Fluttering over adversity, Leicester ensemble’s debut locates light in the gloom.
For all the cosmic transparency of their music, this quartet’s first single was born of tragedy, the record’s title referring to a radiotherapy technique offered to singer Kelvyn Martin’s wife, yet it’s also the reflection of the method’s selective targeting of tissue: that’s how the quartet’s members approach their melodies. As all of them play guitars alongside other instruments to create mini-epics, of which there are three, the group gravitate towards prog rock while retaining folk-infused lyricism, so the vibrant soundscapes on offer never stray into abstractness.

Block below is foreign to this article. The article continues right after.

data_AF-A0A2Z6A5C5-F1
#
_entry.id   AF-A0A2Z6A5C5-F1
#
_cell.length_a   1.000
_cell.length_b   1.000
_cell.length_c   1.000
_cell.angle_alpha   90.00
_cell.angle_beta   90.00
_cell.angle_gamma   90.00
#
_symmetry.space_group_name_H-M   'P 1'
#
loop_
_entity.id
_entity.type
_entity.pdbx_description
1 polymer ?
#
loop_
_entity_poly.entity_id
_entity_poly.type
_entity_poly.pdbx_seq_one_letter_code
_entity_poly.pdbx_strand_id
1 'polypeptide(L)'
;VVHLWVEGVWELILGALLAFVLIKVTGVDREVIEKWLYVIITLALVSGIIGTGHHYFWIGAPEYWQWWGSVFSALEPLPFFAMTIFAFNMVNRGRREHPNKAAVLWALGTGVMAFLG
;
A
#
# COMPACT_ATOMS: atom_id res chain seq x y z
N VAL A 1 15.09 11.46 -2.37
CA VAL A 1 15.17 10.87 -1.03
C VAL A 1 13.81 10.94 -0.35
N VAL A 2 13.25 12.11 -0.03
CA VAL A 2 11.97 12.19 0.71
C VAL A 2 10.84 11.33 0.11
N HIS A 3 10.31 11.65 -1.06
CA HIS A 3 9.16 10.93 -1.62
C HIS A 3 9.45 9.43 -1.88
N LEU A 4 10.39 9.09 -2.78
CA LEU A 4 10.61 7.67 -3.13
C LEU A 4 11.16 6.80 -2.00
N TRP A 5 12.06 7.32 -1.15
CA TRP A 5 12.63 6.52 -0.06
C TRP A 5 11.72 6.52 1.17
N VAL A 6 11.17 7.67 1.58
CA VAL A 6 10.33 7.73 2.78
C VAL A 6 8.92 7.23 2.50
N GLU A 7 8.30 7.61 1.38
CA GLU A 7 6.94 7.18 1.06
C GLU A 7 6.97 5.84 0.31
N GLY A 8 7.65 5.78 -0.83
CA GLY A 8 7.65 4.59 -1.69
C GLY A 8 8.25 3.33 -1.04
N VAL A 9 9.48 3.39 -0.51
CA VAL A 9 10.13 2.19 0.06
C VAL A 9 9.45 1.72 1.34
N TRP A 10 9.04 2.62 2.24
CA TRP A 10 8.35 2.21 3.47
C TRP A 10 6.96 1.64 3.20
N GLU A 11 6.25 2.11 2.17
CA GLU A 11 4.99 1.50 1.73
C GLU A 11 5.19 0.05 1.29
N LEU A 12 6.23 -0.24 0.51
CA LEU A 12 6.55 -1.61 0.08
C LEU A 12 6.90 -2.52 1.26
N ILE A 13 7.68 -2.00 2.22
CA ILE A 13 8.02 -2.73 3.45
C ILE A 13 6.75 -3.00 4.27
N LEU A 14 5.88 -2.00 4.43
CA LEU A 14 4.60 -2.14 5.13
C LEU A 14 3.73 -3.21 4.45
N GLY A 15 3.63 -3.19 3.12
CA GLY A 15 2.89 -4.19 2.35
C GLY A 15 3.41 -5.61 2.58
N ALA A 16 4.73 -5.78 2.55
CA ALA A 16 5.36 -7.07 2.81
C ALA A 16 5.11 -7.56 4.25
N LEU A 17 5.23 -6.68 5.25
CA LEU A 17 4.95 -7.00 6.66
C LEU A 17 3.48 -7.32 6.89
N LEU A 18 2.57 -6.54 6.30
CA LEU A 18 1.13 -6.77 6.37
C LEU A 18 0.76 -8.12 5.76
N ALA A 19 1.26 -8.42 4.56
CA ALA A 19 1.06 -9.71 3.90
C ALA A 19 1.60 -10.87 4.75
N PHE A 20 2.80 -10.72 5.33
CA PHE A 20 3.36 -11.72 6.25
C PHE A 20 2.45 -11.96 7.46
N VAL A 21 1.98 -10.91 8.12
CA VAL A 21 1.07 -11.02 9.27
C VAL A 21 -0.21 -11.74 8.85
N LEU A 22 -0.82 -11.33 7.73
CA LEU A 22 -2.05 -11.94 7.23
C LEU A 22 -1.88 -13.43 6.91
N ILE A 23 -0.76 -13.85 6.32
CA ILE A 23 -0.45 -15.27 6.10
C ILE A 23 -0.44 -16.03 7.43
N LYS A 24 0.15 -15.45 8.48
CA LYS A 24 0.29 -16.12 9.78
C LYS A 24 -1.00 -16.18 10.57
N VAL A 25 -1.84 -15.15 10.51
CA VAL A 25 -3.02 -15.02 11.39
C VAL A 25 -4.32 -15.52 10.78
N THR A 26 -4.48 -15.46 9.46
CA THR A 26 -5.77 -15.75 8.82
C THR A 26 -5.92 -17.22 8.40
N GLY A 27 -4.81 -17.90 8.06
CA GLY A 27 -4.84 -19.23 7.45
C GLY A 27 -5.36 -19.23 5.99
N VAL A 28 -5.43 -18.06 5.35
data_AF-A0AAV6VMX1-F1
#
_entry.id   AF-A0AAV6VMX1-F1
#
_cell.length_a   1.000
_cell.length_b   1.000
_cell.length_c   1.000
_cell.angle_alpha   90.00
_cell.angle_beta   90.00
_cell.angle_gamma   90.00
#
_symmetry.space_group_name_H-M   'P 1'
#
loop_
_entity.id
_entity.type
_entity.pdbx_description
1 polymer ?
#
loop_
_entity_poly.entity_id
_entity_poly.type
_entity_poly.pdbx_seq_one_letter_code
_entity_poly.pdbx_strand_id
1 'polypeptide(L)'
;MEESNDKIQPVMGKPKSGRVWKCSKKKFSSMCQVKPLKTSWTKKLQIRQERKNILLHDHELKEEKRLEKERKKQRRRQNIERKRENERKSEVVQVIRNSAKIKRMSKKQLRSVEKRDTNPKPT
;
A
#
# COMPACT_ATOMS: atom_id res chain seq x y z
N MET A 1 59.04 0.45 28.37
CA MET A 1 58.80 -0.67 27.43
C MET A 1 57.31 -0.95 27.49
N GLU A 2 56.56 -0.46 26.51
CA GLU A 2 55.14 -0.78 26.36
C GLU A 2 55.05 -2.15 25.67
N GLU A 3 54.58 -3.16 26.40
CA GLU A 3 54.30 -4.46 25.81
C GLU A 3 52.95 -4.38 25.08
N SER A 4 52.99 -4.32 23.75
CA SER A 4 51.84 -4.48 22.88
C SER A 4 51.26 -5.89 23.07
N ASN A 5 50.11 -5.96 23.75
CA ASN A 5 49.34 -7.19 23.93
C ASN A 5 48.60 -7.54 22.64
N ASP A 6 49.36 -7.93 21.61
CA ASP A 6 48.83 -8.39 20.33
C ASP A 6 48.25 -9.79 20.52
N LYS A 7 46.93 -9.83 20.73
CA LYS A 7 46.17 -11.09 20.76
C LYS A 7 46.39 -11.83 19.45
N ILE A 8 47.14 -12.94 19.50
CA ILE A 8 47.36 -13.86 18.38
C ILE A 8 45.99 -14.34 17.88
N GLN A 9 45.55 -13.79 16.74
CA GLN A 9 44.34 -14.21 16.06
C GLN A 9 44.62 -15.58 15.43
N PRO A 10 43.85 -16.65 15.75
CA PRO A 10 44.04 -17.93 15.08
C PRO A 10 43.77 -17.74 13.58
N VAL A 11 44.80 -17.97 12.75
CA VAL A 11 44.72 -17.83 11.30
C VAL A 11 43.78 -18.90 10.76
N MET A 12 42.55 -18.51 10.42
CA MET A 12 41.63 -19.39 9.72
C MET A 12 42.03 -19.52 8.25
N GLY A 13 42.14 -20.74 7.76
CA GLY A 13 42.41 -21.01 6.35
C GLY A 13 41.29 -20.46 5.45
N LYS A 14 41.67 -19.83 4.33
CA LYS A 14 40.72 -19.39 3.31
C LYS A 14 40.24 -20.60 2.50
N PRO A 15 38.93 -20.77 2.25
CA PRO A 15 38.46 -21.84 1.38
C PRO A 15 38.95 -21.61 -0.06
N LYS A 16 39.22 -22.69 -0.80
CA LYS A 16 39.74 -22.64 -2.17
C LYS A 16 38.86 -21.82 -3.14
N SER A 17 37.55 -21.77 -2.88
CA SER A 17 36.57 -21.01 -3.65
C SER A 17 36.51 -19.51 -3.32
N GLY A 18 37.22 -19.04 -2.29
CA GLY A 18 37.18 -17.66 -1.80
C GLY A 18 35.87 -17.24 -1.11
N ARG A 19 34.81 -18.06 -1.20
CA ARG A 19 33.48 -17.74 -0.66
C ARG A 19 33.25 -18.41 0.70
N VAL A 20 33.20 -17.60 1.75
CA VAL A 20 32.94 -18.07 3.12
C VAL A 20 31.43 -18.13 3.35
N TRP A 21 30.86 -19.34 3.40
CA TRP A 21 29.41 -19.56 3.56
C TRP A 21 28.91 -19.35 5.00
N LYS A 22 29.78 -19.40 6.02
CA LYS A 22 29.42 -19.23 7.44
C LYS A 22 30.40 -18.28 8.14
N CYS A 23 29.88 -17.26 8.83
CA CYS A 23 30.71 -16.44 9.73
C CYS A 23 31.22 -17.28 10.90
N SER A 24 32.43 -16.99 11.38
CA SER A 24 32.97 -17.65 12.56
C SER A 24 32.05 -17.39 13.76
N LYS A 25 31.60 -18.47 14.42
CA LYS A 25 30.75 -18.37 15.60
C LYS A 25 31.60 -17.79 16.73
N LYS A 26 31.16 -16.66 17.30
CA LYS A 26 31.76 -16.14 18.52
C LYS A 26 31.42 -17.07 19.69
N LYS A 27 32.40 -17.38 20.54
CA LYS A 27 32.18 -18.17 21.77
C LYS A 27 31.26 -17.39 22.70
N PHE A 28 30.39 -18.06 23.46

Still, ambience is a major force on “Papillon Theme” whose snippets of spoken word dissolve in tranquil strum until Roy Naidoo’s electronica start to stumble between Adi Barrett’s beat to spice up the piece’s expanse in the most solemn manner, whereas the organ-rolling “Wings Of Hope” deliberately marries “Comfortably Numb” to “Heart Of Gold” – in trope terms – and lets its tuneful twang, punctured with Andy Heggs’ bass, build quiet tension again. That’s the ground for “St. Martins West” – a piano-laden ballad sending the listener to Leicester’s ancient hospital – and the collective’s future. They can, and must, fly high.